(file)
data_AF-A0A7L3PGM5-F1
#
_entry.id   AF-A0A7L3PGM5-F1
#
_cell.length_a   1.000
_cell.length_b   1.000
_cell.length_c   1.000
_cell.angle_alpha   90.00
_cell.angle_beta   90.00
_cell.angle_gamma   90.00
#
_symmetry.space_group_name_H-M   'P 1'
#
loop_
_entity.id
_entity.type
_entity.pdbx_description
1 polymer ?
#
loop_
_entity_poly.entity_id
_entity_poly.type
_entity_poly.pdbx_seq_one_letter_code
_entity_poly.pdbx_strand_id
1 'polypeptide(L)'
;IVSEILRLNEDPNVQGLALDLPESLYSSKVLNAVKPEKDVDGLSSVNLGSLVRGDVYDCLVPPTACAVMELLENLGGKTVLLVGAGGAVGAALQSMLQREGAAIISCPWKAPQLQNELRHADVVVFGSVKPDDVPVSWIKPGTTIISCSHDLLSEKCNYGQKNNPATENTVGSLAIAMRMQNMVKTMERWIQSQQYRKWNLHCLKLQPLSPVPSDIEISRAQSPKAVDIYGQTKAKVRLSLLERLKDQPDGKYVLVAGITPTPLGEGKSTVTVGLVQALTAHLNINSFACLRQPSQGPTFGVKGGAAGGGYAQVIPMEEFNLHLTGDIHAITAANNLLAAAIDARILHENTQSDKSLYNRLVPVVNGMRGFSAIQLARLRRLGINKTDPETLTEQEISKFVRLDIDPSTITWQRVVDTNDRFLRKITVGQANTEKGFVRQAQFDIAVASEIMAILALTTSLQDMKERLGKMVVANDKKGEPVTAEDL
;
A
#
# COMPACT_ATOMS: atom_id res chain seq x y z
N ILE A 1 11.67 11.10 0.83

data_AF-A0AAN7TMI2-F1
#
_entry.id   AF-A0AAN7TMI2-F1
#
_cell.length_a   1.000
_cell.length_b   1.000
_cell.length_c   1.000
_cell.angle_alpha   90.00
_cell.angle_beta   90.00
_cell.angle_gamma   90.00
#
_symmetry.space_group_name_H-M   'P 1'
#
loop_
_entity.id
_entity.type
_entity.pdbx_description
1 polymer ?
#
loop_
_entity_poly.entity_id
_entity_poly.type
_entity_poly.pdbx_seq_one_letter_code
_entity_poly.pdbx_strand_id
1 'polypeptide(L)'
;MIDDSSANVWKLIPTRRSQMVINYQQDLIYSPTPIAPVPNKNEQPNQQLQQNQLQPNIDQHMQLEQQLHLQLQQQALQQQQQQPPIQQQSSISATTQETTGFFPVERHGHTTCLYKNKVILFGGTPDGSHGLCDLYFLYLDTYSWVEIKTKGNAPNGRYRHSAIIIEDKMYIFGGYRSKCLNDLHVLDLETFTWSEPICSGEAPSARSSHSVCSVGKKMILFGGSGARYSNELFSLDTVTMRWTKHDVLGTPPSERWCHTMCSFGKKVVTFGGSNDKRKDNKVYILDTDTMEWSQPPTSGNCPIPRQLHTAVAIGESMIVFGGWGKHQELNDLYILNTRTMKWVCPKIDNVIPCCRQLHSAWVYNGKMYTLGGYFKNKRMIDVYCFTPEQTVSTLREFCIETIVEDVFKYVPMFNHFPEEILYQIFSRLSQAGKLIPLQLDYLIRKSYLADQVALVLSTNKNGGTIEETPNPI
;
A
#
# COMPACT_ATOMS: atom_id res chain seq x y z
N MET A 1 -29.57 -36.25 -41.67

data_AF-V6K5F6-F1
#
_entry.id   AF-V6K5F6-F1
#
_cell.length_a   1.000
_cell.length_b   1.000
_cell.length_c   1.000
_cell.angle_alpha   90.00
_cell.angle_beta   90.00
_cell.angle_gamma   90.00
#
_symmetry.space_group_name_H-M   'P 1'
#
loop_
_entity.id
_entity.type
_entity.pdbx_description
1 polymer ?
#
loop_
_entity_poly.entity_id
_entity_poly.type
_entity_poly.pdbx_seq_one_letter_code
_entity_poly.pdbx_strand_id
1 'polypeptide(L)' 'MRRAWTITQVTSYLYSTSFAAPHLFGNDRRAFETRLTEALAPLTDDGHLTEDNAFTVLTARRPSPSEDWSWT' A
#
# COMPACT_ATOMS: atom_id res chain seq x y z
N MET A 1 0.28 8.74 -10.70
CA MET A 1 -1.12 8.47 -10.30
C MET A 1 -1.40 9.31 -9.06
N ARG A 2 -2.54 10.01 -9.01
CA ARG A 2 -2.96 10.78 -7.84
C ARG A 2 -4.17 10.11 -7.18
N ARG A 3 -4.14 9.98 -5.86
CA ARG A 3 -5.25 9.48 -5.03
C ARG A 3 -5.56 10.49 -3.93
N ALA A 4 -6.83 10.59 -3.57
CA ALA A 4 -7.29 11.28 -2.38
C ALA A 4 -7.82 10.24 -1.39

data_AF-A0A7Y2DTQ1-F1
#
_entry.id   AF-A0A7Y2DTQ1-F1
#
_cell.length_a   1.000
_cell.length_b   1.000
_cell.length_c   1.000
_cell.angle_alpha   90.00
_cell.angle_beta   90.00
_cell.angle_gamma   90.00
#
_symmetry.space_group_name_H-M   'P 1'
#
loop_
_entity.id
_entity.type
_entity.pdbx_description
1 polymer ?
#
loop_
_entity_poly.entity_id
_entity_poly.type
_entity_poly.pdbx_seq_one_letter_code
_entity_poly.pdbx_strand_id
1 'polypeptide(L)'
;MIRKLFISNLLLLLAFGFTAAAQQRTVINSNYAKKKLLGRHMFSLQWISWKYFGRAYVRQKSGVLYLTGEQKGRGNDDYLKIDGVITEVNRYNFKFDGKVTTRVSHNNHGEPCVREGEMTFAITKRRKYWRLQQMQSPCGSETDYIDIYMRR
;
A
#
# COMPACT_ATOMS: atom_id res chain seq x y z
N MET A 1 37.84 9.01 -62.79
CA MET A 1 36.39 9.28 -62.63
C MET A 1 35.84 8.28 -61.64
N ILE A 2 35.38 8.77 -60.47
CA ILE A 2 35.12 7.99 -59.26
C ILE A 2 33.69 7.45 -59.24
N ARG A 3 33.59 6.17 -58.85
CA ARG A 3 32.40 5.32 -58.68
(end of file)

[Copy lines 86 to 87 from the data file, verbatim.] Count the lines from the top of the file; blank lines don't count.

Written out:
_entity_poly.pdbx_strand_id
1 'polypeptide(L)' 'MRRAWTITQVTSYLYSTSFAAPHLFGNDRRAFETRLTEALAPLTDDGHLTEDNAFTVLTARRPSPSEDWSWT' A